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Cavs Notes

LeBron describes NCAA as corrupt organization in pre-game remarks

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Two days after being praised by San Antonio Spurs coach Gregg Popovich for his willingness to speak out on issues, Cavaliers small forward LeBron James tackled the current scandals surrounding major college athletics and raved about the movie "Black Panther."

In a lighter moment, the four-time league MVP even joked about the potholes on Interstate 480 when asked about billboards urging him to sign with the Philadelphia 76ers in the offseason.

"The NCAA is corrupt," James said Tuesday prior to a game against the Brooklyn Nets at Quicken Loans Arena. "We know that. Sorry. It's going to make headlines, but it's corrupt."

James, who entered the NBA at age 18 straight out of Akron St. Vincent-St. Mary High, said the current scandals involving athletes in major sports receiving money under the table are nothing new.

"It's what's been going on for many, many, many, many years," he said. "I don't know how you can fix it. I don't see how you can fix it.

"I don't know all the ins and outs about it," he added. "I don't know all the rules and regulations about it. But I do know what five-star athletes bring to a campus, both in basketball and football. I know how much these college coaches get paid. I know how much these colleges are gaining off these kids."

Asked about the most outlandish offer he received prior to declaring for the NBA Draft, James laughed and declined to answer.

"Me and my mom (Gloria) was poor, I'll tell you that," he said. "If they expected me to step foot on a college campus and not go to the NBA, then we weren't going to be poor for long, I'll tell you that. That's a fact."

James said he understands the theory that college athletic scholarships can help pay for an education that would cost in the neighborhood of $200,000 at some universities, but said that doesn't apply to many of the upper-echelon stars who commit to major programs.

"I've always heard the narrative they get a free education," he said. "But you guys aren't bringing me on campus to get an education. You guys are bringing me on it to help you get to a Final Four or to a national championship."

James said he plans to speak with NBA Commissioner Adam Silver regarding an expansion of the G League or formation of another type of "farm system."

The 33-year-old doesn't have an exact plan worked out, but he suggested a format similar to leagues in Europe, where 16- and 17-year-olds who don't want to go to college could learn the ropes.

"I'm not a fan of the NCAA," James said. "I love watching March Madness. I think that's incredible. I'm not a fan of how the kids don't benefit from none of this. It's kind of a fine line, because I've actually got a couple boys who could be heading in that direction. As a family, we've got some decisions to make."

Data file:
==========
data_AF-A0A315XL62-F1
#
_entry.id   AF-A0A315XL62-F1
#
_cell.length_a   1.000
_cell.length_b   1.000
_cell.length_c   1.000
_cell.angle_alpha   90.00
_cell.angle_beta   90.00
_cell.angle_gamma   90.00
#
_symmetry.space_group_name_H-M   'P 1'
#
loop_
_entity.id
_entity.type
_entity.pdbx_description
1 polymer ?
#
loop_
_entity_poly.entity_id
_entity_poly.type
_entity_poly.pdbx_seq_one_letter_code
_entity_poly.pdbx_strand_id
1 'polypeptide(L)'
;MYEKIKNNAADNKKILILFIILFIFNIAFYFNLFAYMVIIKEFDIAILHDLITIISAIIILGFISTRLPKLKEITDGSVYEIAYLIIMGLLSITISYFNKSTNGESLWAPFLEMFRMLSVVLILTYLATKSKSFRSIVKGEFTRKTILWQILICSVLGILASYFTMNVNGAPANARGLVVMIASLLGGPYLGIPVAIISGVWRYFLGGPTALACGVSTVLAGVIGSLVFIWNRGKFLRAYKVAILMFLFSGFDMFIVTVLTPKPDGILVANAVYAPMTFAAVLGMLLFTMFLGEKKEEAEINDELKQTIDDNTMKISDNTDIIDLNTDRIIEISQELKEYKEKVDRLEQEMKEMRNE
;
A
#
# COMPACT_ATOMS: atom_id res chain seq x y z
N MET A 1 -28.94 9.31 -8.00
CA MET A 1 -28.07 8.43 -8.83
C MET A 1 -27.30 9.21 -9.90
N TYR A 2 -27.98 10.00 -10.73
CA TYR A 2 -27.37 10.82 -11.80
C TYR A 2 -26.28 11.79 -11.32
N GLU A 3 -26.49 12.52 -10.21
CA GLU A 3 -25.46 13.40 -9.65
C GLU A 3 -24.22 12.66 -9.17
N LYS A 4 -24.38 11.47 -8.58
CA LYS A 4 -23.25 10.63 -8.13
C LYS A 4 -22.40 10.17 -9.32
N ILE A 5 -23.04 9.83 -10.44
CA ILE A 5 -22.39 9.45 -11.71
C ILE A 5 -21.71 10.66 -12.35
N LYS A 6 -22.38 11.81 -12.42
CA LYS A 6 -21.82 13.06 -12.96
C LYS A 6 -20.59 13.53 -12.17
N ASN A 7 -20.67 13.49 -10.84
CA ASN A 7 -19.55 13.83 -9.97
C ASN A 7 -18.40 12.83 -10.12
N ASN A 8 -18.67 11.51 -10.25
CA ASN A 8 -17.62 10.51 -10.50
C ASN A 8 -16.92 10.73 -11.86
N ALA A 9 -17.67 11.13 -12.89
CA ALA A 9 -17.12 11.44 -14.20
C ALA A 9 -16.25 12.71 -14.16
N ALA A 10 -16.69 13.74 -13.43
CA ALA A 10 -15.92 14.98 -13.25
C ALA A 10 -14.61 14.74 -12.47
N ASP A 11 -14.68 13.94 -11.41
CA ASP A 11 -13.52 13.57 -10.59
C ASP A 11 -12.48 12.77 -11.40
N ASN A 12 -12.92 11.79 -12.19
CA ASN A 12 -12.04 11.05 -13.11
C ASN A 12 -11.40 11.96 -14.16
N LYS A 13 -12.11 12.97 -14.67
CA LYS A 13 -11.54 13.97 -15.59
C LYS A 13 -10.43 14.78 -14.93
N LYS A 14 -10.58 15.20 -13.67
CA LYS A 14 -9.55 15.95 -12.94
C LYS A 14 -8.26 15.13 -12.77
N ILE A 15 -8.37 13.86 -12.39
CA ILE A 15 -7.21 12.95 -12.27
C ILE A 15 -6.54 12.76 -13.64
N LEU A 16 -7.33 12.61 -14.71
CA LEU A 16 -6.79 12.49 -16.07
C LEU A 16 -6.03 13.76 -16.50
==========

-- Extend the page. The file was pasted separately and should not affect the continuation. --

** James and wife Savannah saw the movie "Black Panther" on Monday -- the couple's two boys had already seen it -- and the 15th-year pro loved it so much he plans to see it several more times.

"It's one of the greatest movies I've ever seen," James said. "There's so many different reasons why. At this time and place in the society we're in right now, it's perfect timing."

The movie is about a black superhero named T'Challa, who returns home to take his place as king of the technologically advanced nation of Wakanda.

James compared the timing of the movie to Larry Bird and Magic Johnson entering the then-floundering NBA together, then to Michael Jordan entering the league.

"It's almost like when somebody found out how to make a peanut butter and jelly sandwich," he added. "It was like the greatest thing that happened at that point in time. 'Black Panther' is that."

James said he was a big fan of superheroes growing up but none of them were black, so he idolized athletes and music artists instead.

"For me as a kid growing up, I never thought I'd see a black superhero," he said, adding, "It's so great to have that type of positive feel in such a negative time going on right now. ... It's dope. I'm proud to be an African American watching that movie right now, I'll tell you that."

** When asked if he had been on I-480 lately, James initially joked about potholes and said people should be careful with their cars.

In an abnormally long 17-minute session with the media at the team's morning shootaround, it was obvious he knew the real question was about billboards urging him to play for the 76ers next season.

"It's not a distraction," James said. "It's actually very flattering that I'm sitting here at 33 in my 15th year and ... people in their respective city want me to play for them. That's cool, I think. That's dope."

Contact Rick Noland at (330) 721-4061 or rnoland@medina-gazette.com. Follow him on Twitter @RickNoland.



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